One time when Jesus was on a boat with His disciples a storm broke loose and the waves crashed into the boat and it started to flood with water. The disciples found Jesus peacefully sleeping in the stern of the boat, and fearing for the their lives they woke Him up. Jesus arose and said with boldness, “Peace, be still!” (Mark 4:39). Then there was a calm.
Most of us have not been in a storm like this, but perhaps you can relate when it comes to the storms of life. The crashing waves of hardship beat against us and we are filled with feelings of fear, despair, uncertainty, and anxiety. Sadly, people try all sorts of methods and means to obtain peace. The problem is that the peace of the world is shallow, selfish, strained and short-lived and this is why we must never put confidence in the world’s peace.
People go around saying kind things to others, but many times the words really have a superficial meaning. When it comes to lining up at a shop to purchase something, the question “How are you?” often isn’t asked with the intention of hearing the answer. Many people go around saying peaceful and kind words to others, however, either behind their back to other people or harbored internally is anger and slander. Shallow peace is also often seen in political peace. Leaders from two opposing governments or nations might be seen in many photographs shaking hands, but many a time the complete opposite is the reality. When I was a primary school teacher it was not an uncommon sight to see two fighting students being told to shake hands and make peace. Despite the words of peace they spoke to each other as they apologized, their faces certainly didn’t look very peaceful!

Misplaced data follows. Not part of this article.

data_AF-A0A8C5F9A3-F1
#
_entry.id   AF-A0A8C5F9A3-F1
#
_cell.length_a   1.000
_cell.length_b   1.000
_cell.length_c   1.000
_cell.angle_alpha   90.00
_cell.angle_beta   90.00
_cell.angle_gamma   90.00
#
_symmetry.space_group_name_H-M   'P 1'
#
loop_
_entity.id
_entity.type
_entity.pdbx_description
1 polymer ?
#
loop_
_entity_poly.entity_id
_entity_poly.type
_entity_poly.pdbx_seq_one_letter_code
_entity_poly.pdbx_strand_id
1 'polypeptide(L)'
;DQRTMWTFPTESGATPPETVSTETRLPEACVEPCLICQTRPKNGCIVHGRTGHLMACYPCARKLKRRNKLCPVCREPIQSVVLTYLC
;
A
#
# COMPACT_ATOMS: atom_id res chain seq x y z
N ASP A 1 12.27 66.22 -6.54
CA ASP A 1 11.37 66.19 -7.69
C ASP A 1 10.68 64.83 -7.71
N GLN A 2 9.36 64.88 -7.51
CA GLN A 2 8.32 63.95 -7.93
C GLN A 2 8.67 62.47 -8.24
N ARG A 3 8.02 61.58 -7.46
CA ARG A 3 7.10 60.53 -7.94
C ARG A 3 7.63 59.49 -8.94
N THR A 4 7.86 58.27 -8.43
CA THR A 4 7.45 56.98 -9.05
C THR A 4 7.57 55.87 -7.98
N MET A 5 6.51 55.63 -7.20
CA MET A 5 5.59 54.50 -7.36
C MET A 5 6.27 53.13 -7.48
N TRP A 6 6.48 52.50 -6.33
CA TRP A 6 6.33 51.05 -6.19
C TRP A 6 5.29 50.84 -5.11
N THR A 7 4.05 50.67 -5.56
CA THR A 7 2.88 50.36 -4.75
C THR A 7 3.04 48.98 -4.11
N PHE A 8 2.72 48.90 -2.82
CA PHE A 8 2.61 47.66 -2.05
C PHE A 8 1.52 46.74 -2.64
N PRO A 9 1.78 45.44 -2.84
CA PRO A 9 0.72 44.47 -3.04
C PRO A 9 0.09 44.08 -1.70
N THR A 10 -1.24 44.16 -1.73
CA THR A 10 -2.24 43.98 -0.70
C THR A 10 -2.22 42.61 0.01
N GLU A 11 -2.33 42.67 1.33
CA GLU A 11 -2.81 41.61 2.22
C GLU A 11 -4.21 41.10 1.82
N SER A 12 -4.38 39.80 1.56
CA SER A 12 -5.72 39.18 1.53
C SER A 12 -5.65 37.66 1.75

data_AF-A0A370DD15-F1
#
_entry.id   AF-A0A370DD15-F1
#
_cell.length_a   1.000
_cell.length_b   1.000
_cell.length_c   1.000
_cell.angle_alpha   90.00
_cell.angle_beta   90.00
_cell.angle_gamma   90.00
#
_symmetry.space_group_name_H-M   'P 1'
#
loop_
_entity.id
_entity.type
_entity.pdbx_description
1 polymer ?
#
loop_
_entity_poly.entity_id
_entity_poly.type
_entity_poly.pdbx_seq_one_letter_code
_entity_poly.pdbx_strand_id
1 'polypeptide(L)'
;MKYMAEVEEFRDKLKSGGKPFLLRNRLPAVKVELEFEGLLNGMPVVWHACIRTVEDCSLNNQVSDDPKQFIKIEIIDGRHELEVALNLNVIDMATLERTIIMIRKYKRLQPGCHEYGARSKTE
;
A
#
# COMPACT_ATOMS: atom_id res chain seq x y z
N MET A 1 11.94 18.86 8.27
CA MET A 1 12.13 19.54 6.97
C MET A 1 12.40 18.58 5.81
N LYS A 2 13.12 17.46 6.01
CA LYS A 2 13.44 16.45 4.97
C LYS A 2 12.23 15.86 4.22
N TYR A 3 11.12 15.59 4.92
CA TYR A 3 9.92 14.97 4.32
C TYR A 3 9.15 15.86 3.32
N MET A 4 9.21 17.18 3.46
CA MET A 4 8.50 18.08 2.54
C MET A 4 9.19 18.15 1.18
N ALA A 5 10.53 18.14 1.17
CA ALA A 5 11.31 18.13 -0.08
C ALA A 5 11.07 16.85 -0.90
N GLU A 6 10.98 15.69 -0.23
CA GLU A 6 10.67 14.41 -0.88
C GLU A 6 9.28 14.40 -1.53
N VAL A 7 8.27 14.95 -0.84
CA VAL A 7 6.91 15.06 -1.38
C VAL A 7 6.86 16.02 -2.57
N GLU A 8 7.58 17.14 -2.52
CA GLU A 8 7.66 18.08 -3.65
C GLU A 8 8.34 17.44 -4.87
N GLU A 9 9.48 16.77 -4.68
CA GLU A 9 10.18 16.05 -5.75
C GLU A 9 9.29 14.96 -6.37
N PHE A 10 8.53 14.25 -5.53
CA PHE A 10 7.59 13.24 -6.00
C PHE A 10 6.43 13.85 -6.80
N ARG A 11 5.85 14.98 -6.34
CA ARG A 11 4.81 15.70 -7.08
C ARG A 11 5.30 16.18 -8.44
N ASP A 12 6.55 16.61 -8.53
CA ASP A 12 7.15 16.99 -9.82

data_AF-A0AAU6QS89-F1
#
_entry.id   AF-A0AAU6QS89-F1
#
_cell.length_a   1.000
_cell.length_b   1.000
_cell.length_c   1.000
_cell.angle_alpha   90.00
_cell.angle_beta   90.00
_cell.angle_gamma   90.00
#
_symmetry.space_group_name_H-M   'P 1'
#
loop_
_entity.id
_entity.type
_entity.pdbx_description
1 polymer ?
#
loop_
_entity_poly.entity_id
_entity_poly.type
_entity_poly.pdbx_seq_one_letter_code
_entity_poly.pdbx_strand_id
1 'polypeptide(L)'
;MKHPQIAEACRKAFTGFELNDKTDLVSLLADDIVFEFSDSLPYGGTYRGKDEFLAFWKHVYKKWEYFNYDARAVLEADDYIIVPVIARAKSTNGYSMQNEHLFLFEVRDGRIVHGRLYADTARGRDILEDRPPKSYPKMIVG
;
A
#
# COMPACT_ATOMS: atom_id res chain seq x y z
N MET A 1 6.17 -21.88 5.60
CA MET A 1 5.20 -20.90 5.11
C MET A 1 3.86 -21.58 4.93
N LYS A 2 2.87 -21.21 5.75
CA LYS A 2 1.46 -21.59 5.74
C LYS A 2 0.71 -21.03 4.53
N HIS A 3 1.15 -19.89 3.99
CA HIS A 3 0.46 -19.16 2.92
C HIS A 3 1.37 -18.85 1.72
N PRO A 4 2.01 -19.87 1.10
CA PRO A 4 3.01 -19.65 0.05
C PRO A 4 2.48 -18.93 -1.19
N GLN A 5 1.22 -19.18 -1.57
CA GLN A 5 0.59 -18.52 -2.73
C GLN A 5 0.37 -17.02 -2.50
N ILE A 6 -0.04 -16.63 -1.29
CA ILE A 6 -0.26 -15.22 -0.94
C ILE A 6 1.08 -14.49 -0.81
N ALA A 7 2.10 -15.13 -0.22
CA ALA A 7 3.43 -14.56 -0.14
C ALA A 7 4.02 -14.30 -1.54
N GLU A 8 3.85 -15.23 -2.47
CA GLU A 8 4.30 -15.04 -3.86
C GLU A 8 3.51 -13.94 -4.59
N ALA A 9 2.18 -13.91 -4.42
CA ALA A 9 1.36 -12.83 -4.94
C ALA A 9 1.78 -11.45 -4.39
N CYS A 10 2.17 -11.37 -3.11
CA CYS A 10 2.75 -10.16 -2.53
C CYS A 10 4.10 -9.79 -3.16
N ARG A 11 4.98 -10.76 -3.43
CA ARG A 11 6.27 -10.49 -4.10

Many offer a peace but it is only given on purely selfish terms. People boast of being peacemakers or peaceful people, but when you look carefully they only have peace with those who are peaceable in their view or with those most like them. That is not real peace – it is selfishness! This kind of selfish peace bypasses people based on race, personality and appearance.
Others go around trying to bring about peace by the use of force. There are religious groups who believe they are “religions of peace”; but the way they strive to bring this peace about is by forcing people to submit to their ways, otherwise they kill anyone who opposes them. Regardless of what is considered politically correct, such religious groups are not bringing in true peace.
The final reason why we should not put our confidence in the peace of the world is because it is always short-lived. Many have promised peace but no one has delivered permanent peace. In the future there will come one who promises the world peace, but he will be proven to be a liar and a tool of Satan. The peace the world offers is always short-lived, and therefore we are not to put our confidence in it.
Now contrast that with the provision of peace Jesus offers,
“Peace I leave with you; my peace I give to you. Not as the world gives do I give to you. Let not your hearts be troubled, neither let them be afraid” (John 14:27)
As Jesus is leaving, notice that He didn’t promise to leave His disciple’s money, property or popularity. Instead, He promised them His peace. The source of this peace is the Lord Jesus Christ. Jesus said, “Peace I leave with you; my peace I give to you” (John 14:27a). This is no surprise because Jesus Himself is called the “Prince of peace” (Is. 9:6). This peace characterizes Christ and proceeds from Him making it perfect peace. What is it? It refers to the blessed relationship we have with God, which is a relationship in which He is for us and not against us. This provision of peace is different from the world’s peace. Jesus said, “Not as the world gives do I give to you” (14:27b). Because the peace of Christ is perfect, Jesus said, “Let not your hearts be troubled, neither let them be afraid” (14:27c). Just as Jesus demonstrated control over the wind and sea in the presence of His disciples, He wanted them to know that He is giving them His peace so that they would not be troubled or afraid.